ENCINITAS — “Most of the world eats on less than a dollar a day,” Christopher Greenslate said, spearing single grains of Spanish rice on his fork. “And we thought, why couldn’t we do the same?”
Next to him, Kerri Leonard nodded. “It didn’t start as a big statement — it began as a way to save money,” she said. After a particularly expensive month this summer, they agreed that the magnitude of their food expenditures was ridiculous. Eventually the question arrived: Why not eat on $1 a day? So they did. Starting Sept. 1 and ending Sept. 30, they limited themselves to a $1 a day allowance for food.
As Americans, we can peruse a variety of food — healthy and unhealthy — with minimal effort, but that luxury is costly. According to Globalissues.org, almost half the world — more than 3 billion people — lives on less than $2.50 a day. Even at poverty level in the United States, $9,827 annually, individuals earn almost $30 a day. It is a tiny amount to live on, but it allows more than $1 a day to eat.
Despite the initial rationale for the “project,” as they’ve grown to call it, the significance beyond the pocketbook is not lost on them. Greenslate and Leonard are English and Social Justice teachers in North County and vegan as well, so they are aware of the ramifications of their experiment. They founded a blog, Onedollardietproject. com, where they have posted a substantive analysis of their experience.
The first entry begins, “Today we start our 30 day challenge of a one dollar diet.” It sounds optimistic and even a little fun, like a sort of high-impact summer camp. “When we first started talking about doing this, we didn’t really have an agenda … it just seemed like an interesting challenge.” Every day of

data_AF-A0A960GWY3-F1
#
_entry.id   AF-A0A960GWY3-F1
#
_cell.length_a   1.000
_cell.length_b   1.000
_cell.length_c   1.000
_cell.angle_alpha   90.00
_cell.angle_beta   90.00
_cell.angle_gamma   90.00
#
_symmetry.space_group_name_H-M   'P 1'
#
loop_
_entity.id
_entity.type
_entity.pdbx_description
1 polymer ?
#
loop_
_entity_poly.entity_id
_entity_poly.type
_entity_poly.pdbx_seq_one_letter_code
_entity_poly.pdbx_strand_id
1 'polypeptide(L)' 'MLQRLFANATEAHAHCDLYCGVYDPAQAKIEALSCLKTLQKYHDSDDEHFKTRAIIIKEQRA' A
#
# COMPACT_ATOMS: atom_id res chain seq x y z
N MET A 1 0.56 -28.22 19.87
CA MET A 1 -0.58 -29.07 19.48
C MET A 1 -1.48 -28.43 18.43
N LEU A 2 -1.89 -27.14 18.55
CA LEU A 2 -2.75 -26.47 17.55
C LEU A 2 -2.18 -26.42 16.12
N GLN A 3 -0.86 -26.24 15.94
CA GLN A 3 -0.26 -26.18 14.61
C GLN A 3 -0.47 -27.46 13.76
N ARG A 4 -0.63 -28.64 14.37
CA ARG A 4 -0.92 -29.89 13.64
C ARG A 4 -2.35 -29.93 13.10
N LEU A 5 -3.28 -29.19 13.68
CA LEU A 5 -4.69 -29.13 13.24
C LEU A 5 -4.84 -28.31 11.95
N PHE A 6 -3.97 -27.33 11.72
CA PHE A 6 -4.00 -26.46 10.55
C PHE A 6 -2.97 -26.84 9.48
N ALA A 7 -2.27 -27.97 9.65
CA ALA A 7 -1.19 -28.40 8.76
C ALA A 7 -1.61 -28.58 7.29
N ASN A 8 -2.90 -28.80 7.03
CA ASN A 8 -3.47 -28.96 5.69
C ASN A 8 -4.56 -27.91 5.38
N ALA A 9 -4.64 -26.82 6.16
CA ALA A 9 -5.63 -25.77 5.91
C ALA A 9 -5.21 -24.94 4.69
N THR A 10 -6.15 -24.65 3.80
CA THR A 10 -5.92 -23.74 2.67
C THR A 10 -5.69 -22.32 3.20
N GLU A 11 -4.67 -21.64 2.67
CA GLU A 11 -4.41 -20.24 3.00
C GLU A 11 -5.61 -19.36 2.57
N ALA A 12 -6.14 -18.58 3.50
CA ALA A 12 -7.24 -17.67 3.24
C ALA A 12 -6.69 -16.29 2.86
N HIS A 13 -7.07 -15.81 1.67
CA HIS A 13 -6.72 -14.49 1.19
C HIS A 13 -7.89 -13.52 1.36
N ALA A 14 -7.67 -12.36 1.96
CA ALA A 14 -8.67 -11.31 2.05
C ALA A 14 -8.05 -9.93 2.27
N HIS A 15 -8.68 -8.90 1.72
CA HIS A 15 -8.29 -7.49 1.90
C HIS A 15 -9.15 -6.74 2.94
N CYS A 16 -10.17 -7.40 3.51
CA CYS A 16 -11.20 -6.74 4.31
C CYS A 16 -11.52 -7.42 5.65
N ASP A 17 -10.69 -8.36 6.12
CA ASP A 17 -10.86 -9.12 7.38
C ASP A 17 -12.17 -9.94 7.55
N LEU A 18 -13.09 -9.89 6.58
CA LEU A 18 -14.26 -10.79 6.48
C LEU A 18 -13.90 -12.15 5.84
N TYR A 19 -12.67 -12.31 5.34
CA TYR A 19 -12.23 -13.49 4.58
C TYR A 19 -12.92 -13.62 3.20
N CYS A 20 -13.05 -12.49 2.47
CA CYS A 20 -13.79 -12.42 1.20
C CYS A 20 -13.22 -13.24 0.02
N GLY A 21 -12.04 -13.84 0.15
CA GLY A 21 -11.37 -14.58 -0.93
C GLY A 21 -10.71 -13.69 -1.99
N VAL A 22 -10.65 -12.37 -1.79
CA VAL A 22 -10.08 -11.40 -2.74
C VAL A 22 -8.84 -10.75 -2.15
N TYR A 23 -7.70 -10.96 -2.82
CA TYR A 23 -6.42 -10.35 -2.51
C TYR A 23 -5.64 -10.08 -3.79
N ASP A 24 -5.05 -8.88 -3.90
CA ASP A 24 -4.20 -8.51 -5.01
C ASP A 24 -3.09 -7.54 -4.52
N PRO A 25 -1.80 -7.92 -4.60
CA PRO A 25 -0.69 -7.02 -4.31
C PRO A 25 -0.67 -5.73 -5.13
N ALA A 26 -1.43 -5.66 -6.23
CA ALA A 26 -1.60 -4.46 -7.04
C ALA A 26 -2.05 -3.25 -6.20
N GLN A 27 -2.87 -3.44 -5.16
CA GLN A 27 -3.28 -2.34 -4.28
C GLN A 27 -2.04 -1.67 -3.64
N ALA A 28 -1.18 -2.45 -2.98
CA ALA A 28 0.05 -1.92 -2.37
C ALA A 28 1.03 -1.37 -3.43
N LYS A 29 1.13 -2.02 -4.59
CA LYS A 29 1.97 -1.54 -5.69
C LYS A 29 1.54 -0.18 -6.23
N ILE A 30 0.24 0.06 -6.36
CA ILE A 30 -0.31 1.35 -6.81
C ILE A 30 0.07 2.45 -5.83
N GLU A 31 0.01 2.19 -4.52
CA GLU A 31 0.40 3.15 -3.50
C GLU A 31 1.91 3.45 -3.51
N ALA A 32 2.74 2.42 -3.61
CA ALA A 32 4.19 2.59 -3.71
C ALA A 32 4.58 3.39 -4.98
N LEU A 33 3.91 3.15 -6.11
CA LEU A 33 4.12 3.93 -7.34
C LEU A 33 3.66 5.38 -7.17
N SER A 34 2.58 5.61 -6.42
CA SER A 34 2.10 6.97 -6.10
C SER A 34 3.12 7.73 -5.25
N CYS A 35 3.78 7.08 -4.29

the experiment, either Greenslate or Leonard or both of them would record the experiences of the day, reactions, or unexpected problems they encountered. Additionally, they hoped to bring awareness to general poverty issues, urging readers, friends and family to donate to the Community Resource Center in Encinitas; which is still accepting donations. But most importantly, their experiment needed rules:
— All food consumed must total $1 each.
— No free or donated food unless it is available for anyone.
— The cost of planted food is factored into the total.
— Try to cook a variety of means; ramen noodles can only be prepared if it is otherwise impossible to stay under budget.
The price of guests’ food comes from the host’s dollar.
Armed with these rules, and discipline of both stomach and spirit, the project began.
Of course, they had to make dramatic changes. It began with handmade tortillas and ended with a squad of 10-gallon tubs of bulk raw ingredients. Along the way, they recorded the cost and reactions of every day’s food, uploading recipes as well. But accompanying the Spartan tacos and tiny polenta cakes, several issues integral to they way we eat came to the forefront: consumerism and waste, global poverty, inequity, food choices and social psychology.
In addition to the recipes and general reactions to their diet, the blog provides worthwhile information about these tangential topics. For example, in one entry in which they bemoan the loss of fresh produce in their diet, they point out that there are no grocery stores in West Oakland. There are 56 liquor stores and one 99-cent store, but nowhere to buy fresh produce so the residents are limited to one diet model. Another vignette is a trip to the movies where, after spending $20 on tickets, they are only too aware of the sheer magnitude of messages for consumption they are being battered with.
Out of these discussions, and subsequent ones, they have fleshed out the ideas that underlay their project and developed a little following in the process. Their experience was discussed a few weeks back in the New York Times, and Fox News and other media have been approaching the couple. They also have a literary agent and a book in the works. “We have a number of experiments lined up to help us have a better understanding of the cost of eating well in America,” Greenslate said.
The importance of this project lies beyond just their perspective; the appeal is broader than just the narrative of two teachers’ experience. There are the health and whole food aspects to it, the cost-effective living aspect, and more, but the primary aspect is subsistence. “Food is a universal need: we all need food, we love food,” Leonard said. “The thought of anyone depriving themselves of food — particularly intentionally — is kind of shocking. Food is something that is really important.”